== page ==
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Diana Shechtman, OD
SALT LAKE CITY — Clinicians who prescribe supplements to their patients should be aware of potential side effects, contraindications and dangers of overdosing, according to a speaker here at Optometry's Meeting.
When prescribing nutritional supplements as a result of the Age-Related Eye Disease Study, be sure you prescribe "the right vitamins and the right amount," Diana Shechtman, OD, told attendees at an Optometric Retina Society-sponsored symposium during Specialty Day.
"In regards to AREDS, there was a 25% decreased risk reduction in developing advanced AMD," she said. "These are not most of our patients; these are patients with advanced disease. We all have patients with just a few drusen."
In AREDS 2, beta-carotene is being removed and the levels of zinc are being decreased, Dr. Shechtman said. "Beta-carotene is not good for current or past smokers," she said. "Ask patients about passive smoking. High doses should not be used in passive smokers."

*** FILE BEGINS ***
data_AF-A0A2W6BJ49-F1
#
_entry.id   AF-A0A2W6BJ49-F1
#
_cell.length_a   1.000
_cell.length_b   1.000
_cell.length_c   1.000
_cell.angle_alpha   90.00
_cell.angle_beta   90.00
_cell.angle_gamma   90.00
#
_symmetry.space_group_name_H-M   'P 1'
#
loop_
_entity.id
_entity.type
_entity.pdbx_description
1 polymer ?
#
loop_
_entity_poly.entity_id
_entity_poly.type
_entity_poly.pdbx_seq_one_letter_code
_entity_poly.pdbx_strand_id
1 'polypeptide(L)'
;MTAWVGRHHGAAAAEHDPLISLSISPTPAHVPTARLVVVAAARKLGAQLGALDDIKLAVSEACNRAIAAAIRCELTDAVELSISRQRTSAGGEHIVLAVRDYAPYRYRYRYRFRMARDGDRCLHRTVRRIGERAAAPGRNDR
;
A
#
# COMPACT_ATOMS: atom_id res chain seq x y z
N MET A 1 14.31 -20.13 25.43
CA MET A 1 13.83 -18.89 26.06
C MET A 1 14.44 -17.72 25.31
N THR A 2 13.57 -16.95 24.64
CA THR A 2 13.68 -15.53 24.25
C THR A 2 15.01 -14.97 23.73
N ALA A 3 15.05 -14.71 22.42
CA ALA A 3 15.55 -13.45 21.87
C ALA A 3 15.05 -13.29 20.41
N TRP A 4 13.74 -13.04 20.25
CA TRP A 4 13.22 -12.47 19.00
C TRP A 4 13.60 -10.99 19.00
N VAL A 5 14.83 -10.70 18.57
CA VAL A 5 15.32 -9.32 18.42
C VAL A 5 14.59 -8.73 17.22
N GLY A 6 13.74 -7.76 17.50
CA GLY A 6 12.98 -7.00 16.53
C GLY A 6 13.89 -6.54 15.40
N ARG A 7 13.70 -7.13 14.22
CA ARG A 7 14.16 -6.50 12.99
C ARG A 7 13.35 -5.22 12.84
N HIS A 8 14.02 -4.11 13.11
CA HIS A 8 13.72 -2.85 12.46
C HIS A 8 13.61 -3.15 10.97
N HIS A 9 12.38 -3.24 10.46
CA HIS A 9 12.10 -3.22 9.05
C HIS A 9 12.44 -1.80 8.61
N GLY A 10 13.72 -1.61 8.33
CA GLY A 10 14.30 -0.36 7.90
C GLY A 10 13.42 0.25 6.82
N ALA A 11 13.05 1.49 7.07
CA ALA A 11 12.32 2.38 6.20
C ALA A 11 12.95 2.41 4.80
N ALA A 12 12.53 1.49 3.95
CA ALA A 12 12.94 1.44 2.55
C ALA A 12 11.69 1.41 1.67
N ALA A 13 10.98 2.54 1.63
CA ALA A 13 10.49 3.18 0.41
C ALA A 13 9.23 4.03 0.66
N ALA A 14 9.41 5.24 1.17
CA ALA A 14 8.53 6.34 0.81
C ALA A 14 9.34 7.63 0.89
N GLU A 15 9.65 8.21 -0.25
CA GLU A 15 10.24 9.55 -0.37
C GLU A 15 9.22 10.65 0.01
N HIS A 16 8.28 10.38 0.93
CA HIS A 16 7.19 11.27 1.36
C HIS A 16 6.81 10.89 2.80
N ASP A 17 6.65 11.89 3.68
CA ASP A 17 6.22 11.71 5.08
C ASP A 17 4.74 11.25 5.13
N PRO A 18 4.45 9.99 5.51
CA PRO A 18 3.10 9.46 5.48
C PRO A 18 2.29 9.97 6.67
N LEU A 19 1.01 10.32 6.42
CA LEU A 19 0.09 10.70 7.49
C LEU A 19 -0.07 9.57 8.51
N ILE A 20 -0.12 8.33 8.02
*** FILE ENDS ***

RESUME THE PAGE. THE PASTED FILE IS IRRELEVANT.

Patients taking blood thinners, with bleeding disorders or with liver or kidney dysfunction can be affected by high doses of vitamins A, C and E.
"Zinc alone decreases the progression of AMD by 21%," Dr. Shechtman said. "However, it interacts with tetracycline and may be associated with Alzheimer's disease and copper deficiency anemia."
She added that 7.5% of zinc-treated AREDS patients had urinary tract infections.
"Regarding omega-3s, it's the quality vs. the quantity," Dr. Shechtman continued. "You need to make sure there's 350 mg of DHA and 650 mg of EPA. If you're going to recommend it, do it appropriately. Have patients take it with a meal to add that extra fat."